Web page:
Authors: Christopher Smith
A novel by
For my father, Ross Smith, for always pushing and never giving up.
For my mother, Ann Smith, for her enthusiastic support.
And for Constance Hunting, who edited this book over the course of many years but who didn't live to see its publication.
This is our book.
I thank you and I miss you.
Copyright and Legal Notice:
This publication is protected under the US Copyright Act of 1976 and all other applicable international, federal, state and local laws, and all rights are reserved, including resale rights.
Any trademarks, service marks, product names or named features are assumed to be the property of their respective owners, and are used only for reference. There is no implied endorsement if we use one of these terms.
No part of this book may be reproduced in any form by any electronic or mechanical means (including photocopying, recording, or information storage and retrieval) without permission in writing from the author.
First ebook edition © 2010.
Excerpt from "Running of the Bulls" © 2010.
Cover design by Kathlyn Tenga-Gonzalez of Quantum Corral.
For all permissions, please contact the author at
This is a work of fiction.
Any similarity to persons living or dead (unless explicitly noted) is merely coincidental.
Copyright © 2010 Christopher Smith.
All rights reserved worldwide.
For their help with this book, the author is particularly grateful to Erich Kaiser and Sanford Phippen; to Roslyn Targ; to Ted Adams; to Deborah Rogers, Paul Ersing and Faith Benedetti; to Kathlyn Tenga-Gonzalez; and to those men and women who introduced the author to the real Fifth Avenue while he researched this book; and to friends old and new, all of whom either helped to shape this book or who offered support as it was written.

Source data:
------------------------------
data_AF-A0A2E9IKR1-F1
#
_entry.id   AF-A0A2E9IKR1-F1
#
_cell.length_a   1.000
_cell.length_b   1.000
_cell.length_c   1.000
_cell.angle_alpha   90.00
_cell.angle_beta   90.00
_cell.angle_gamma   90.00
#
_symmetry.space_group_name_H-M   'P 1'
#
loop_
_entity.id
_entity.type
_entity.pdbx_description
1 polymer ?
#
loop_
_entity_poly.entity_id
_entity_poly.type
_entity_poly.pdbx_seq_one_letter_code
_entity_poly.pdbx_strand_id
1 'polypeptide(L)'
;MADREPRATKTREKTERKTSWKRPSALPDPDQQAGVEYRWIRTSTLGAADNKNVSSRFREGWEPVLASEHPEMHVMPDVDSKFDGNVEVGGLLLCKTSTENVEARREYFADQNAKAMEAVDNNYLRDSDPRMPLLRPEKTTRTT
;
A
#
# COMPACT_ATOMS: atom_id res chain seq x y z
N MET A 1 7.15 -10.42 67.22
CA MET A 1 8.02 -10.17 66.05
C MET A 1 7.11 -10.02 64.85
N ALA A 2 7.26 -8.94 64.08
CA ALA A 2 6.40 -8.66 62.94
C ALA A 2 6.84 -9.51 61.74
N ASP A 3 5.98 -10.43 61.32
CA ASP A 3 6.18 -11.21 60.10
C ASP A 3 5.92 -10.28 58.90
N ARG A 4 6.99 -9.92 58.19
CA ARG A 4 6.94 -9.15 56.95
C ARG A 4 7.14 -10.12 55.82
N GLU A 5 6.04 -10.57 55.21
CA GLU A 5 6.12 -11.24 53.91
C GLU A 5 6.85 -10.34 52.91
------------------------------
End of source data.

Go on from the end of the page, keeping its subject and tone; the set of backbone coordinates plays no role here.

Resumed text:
New York City
The bombs, placed high above Fifth Avenue on the roof of The Redman International Building, would explode in five minutes.
Now, with its mirrored walls of glass reflecting Fifth Avenue’s thick, late-morning traffic, the building itself seemed alive with movement.
On scaffolding at the building’s middle, men and women were hanging the enormous red velvet ribbon that would soon cover sixteen of Redman International’s seventy-nine stories.
High above on the roof, a lighting crew was moving ten spotlights into position.
And inside, fifty skilled decorators were turning the lobby into a festive ballroom.
Celina Redman, who was in charge of organizing the event, stood before the building with her arms crossed.
Streams of people were brushing past her on the sidewalk, some glancing up at the red ribbon, others stopping to glance in surprise at her.
She tried to ignore them, tried to focus on her work and become one with the crowd, but it was difficult.
Just that morning, her face and this building had been on the cover of every major paper in New York.
She admired the building before her.
Located on the corner of Fifth and 49th Street, The Redman International Building was the product of thirty-one years of her father’s life.
Founded when George Redman was twenty-six, Redman International was among the world’s leading conglomerates.